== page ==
It the end it wasn’t to be for Tom Boonen. The stars aligned a week before for Philip Gilbert but Roubaix posed too many obstacles for Quick-Step to mastermind his perfect finale. It would be Greg Van Avermaet who finished the two velodrome laps first, returning from an early deficit to drag a small group away and gift BMC their first Monument.
You can forgive Van Avermaet for very nearly messing up the race’s final showdown. You can imagine he would have piled a lot of pressure on himself. Still searching for his maiden Monument, Van Avermaet had been the best rider of the cobbles season. He won Omloop, E3 and Gent-Wevelgem in splendid fashion before storming home for second place in Flanders. In Roubaix things started poorly with a crash prior to the Arenberg Forest leaving ‘GVA’ nearly a minute behind a group of rivals who weren’t exactly hanging around. A cursory glance at Twitter would have suggested his race was over. He fought back, utilised his teammates well, and tore away from many of his rivals on the Carrefour de l’Arbre.
Even then there was work to be done. He was tasked with maintaining a race winning gap with Quick-Step’s Zdenek Stybar acting as a passenger. Van Avermaet had won three of five cobbled classics this year yet was facing the possibility of being pickpocketed by a shrewd – and tactically stubborn – Czech. He was in danger of entering the summer season Monument-less for a tenth straight year despite an almighty collection of top tens.
Entering the velodrome he was a standout favourite but Stybar continued with his efforts to spook him by rising up the ramps to the top of the bank. Van Avermaet and fellow escapee Sebastian Langeveld stalled and Roubaix began to resemble an Olympic track final. Poise was broken when the leaders were joined by Gianni Moscon and Jaspar Stuyven. Even with an understanding of track racing cat and mouse, I can’t comprehend why the front trio let this happen. Stuyven, in particular, was a serious threat to the podium and Moscon was fearless as he moved passed into the lead.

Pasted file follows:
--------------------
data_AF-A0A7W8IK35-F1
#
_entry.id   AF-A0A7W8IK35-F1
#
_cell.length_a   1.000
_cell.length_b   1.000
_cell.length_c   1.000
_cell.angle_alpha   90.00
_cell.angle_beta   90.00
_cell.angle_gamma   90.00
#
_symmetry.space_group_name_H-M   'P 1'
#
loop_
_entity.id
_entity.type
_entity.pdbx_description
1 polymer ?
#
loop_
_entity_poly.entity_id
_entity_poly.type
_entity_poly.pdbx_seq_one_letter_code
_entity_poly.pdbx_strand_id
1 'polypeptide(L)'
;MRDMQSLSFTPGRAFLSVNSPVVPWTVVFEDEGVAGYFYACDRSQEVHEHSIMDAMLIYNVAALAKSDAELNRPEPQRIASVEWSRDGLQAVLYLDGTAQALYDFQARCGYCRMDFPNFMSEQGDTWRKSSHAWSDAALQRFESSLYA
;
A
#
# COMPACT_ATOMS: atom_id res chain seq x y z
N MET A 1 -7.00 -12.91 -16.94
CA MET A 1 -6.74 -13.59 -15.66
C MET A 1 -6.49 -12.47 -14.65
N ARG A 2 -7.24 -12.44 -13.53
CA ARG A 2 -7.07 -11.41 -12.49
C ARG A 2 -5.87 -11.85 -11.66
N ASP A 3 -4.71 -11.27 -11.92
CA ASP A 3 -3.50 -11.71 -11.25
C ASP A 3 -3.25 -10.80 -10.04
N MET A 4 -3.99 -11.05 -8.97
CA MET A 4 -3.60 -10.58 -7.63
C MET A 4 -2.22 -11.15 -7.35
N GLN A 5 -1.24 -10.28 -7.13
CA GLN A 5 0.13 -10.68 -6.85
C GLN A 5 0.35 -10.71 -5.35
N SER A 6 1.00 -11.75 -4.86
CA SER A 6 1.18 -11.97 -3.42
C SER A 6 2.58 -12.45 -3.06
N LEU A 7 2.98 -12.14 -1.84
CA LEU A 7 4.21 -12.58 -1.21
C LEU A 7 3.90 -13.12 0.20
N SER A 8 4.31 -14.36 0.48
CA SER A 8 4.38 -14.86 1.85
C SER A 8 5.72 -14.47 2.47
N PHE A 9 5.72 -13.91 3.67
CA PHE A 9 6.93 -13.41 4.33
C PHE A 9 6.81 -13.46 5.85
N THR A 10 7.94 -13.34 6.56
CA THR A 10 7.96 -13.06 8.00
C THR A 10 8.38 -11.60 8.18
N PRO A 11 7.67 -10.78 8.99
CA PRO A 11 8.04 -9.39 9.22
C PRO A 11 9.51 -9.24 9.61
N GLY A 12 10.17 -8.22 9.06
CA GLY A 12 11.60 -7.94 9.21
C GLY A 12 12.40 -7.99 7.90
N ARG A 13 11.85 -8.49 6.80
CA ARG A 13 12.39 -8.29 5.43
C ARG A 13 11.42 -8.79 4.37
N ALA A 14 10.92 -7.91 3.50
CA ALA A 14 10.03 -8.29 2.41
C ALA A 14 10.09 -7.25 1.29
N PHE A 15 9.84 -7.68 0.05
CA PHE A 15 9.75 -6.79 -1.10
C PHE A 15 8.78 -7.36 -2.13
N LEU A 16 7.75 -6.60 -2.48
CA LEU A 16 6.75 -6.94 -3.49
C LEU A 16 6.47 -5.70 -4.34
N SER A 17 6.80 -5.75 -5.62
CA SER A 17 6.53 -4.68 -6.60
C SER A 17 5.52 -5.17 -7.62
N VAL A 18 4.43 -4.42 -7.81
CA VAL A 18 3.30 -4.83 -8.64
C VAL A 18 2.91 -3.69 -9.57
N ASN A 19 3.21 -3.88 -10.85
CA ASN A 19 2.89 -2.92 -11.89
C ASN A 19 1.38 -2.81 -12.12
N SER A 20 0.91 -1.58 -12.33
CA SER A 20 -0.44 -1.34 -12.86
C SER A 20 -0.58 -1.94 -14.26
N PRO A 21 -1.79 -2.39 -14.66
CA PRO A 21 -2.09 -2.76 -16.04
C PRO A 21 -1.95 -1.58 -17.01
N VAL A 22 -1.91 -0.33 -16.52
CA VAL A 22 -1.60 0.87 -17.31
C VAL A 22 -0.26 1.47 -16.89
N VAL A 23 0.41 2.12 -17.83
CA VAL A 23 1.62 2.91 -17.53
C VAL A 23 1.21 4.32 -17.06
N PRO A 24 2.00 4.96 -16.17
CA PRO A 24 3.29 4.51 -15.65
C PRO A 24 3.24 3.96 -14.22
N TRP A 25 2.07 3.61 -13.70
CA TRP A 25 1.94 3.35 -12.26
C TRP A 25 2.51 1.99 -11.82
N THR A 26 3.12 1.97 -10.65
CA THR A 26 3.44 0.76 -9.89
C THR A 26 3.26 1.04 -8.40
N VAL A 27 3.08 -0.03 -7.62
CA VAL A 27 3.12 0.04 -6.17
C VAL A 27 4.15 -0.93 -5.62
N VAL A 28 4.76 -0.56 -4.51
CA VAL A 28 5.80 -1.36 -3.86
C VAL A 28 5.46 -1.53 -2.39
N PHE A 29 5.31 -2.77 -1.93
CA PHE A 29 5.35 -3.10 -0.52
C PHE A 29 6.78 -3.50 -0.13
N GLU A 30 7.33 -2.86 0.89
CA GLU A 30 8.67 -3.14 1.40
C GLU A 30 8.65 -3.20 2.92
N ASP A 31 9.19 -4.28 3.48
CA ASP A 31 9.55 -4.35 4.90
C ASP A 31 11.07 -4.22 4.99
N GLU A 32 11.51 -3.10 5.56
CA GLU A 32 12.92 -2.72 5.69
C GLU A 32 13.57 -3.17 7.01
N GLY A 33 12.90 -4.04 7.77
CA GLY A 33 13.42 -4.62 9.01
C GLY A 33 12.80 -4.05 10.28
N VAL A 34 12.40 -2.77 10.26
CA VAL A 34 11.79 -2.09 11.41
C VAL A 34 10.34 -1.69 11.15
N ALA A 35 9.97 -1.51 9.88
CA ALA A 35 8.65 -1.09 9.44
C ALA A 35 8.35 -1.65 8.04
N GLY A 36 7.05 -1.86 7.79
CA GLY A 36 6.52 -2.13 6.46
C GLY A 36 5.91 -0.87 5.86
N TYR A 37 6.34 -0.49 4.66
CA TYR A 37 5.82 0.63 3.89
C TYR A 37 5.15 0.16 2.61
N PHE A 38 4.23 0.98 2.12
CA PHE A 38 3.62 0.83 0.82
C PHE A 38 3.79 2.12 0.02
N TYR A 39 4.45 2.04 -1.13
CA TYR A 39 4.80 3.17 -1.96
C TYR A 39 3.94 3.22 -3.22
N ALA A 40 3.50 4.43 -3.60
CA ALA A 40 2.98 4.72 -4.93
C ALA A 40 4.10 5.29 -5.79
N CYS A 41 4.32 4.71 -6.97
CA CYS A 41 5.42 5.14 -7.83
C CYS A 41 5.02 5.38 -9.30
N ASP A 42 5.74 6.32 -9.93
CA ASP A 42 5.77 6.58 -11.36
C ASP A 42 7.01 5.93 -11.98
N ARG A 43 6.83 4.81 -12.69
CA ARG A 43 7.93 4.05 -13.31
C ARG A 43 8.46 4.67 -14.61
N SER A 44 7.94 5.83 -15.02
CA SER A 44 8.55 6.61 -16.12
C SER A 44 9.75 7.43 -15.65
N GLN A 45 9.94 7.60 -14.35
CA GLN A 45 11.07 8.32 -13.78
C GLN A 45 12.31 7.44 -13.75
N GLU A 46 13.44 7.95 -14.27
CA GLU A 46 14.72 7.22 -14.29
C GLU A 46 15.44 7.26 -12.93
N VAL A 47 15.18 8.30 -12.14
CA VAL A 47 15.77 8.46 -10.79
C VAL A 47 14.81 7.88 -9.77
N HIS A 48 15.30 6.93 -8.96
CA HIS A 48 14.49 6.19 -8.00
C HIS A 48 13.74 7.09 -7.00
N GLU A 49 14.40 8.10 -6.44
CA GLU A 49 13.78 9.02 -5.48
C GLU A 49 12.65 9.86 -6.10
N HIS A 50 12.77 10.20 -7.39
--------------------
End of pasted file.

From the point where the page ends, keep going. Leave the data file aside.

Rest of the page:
Stybar reacted quickest and took a two length advantage into the final corner. Van Avermaet inched away in pursuit until finally his unmatched power became apparent and he caught Stybar with metres to spare.
The whole race had closed in behind and Boonen would cross the line just twelve seconds later in thirteenth place. It wasn’t a race he’ll remember fondly but he was active through the key cobbles sectors and can count himself unlucky to have missed the divisive split. He has certainly looked strong enough this season and walking away from the sport will have been a difficult decision. With four wins, he retires level with Roger de Vlaeminck in Roubaix and I doubt we’ll ever see a five-timer. Since 1981 only two riders have successfully retained their Roubaix title with Boonen’s 2009 success being the most recent.
If Van Avermaet was to loan his engraved cobble to anybody, teammate Daniel Oss would be top of the list. The Italian’s presence at the front of the race – for the majority of the race – gave an added dimension to BMC’s plan. With Van Avermaet struggling early on, Oss may have temporarily been considered plan A. However, as the race unfurled, BMC were able to use him to force others to chase before finally he was caught and asked to make tempo prior to Van Avermaet’s attack. He still managed to finish 21st and sprinted over to embrace the race winner as soon as he’d dismounted.
And what of Peter Sagan? He deserves a mention for his wonderful attack – which could have been a winning attack – a whopping 75km from the finish. He looked strong alongside teammate Maciej Bodnar but a typically ill-timed Roubaix puncture stopped him dead in his tracks. He still held a narrow advantage after receiving a new wheel and tried to force another move on the Mons-en-Pevele section. Already beginning to look a beaten man, Sagan suffered a second puncture and never recovered. Second in San Remo, wiped out in Flanders and caught out in Roubaix, Sagan will be happy to see the back of the spring classics; A+ for effort, C- for results.